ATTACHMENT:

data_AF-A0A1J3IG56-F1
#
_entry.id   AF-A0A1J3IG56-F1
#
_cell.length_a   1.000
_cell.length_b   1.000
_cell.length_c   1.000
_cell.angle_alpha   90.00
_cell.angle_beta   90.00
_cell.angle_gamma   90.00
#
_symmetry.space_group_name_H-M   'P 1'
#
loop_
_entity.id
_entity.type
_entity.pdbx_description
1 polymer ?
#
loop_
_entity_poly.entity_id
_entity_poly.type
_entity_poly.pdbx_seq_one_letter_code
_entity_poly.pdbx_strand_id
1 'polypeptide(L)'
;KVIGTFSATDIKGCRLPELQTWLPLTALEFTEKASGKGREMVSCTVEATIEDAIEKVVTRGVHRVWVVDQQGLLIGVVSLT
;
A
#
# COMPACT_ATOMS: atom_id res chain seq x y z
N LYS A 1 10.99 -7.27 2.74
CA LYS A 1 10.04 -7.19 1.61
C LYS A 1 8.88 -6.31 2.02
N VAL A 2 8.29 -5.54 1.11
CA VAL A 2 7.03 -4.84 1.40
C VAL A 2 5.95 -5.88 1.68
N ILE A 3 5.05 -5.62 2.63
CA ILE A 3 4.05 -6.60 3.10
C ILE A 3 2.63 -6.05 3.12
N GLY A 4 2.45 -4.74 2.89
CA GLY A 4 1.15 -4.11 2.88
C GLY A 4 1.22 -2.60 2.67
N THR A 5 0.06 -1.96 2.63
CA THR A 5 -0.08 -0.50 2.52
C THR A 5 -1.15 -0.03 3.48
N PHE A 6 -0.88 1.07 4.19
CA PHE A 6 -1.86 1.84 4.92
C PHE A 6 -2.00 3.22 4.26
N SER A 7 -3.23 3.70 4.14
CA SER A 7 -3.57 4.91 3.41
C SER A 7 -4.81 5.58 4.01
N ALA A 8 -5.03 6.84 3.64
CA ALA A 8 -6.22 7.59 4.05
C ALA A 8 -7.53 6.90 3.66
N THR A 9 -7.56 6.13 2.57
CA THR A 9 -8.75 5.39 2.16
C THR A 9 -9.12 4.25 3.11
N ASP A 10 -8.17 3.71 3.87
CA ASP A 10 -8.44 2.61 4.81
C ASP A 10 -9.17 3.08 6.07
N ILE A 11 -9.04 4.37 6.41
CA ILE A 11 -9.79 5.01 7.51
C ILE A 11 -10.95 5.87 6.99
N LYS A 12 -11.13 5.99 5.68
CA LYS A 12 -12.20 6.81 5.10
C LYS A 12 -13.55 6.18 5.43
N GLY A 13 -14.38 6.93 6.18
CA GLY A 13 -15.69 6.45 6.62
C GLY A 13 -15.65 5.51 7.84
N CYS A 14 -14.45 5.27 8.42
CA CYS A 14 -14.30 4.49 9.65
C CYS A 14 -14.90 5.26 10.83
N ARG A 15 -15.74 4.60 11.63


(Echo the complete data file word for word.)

data_AF-A0A1J3IG56-F1
#
_entry.id   AF-A0A1J3IG56-F1
#
_cell.length_a   1.000
_cell.length_b   1.000
_cell.length_c   1.000
_cell.angle_alpha   90.00
_cell.angle_beta   90.00
_cell.angle_gamma   90.00
#
_symmetry.space_group_name_H-M   'P 1'
#
loop_
_entity.id
_entity.type
_entity.pdbx_description
1 polymer ?
#
loop_
_entity_poly.entity_id
_entity_poly.type
_entity_poly.pdbx_seq_one_letter_code
_entity_poly.pdbx_strand_id
1 'polypeptide(L)'
;KVIGTFSATDIKGCRLPELQTWLPLTALEFTEKASGKGREMVSCTVEATIEDAIEKVVTRGVHRVWVVDQQGLLIGVVSLT
;
A
#
# COMPACT_ATOMS: atom_id res chain seq x y z
N LYS A 1 10.99 -7.27 2.74
CA LYS A 1 10.04 -7.19 1.61
C LYS A 1 8.88 -6.31 2.02
N VAL A 2 8.29 -5.54 1.11
CA VAL A 2 7.03 -4.84 1.40
C VAL A 2 5.95 -5.88 1.68
N ILE A 3 5.05 -5.62 2.63
CA ILE A 3 4.05 -6.60 3.10
C ILE A 3 2.63 -6.05 3.12
N GLY A 4 2.45 -4.74 2.89
CA GLY A 4 1.15 -4.11 2.88
C GLY A 4 1.22 -2.60 2.67
N THR A 5 0.06 -1.96 2.63
CA THR A 5 -0.08 -0.50 2.52
C THR A 5 -1.15 -0.03 3.48
N PHE A 6 -0.88 1.07 4.19
CA PHE A 6 -1.86 1.84 4.92
C PHE A 6 -2.00 3.22 4.26
N SER A 7 -3.23 3.70 4.14
CA SER A 7 -3.57 4.91 3.41
C SER A 7 -4.81 5.58 4.01
N ALA A 8 -5.03 6.84 3.64
CA ALA A 8 -6.22 7.59 4.05
C ALA A 8 -7.53 6.90 3.66
N THR A 9 -7.56 6.13 2.57
CA THR A 9 -8.75 5.39 2.16
C THR A 9 -9.12 4.25 3.11
N ASP A 10 -8.17 3.71 3.87
CA ASP A 10 -8.44 2.61 4.81
C ASP A 10 -9.17 3.08 6.07
N ILE A 11 -9.04 4.37 6.41
CA ILE A 11 -9.79 5.01 7.51
C ILE A 11 -10.95 5.87 6.99
N LYS A 12 -11.13 5.99 5.68
CA LYS A 12 -12.20 6.81 5.10
C LYS A 12 -13.55 6.18 5.43
N GLY A 13 -14.38 6.93 6.18
CA GLY A 13 -15.69 6.45 6.62
C GLY A 13 -15.65 5.51 7.84
N CYS A 14 -14.45 5.27 8.42
CA CYS A 14 -14.30 4.49 9.65
C CYS A 14 -14.90 5.26 10.83
N ARG A 15 -15.74 4.60 11.63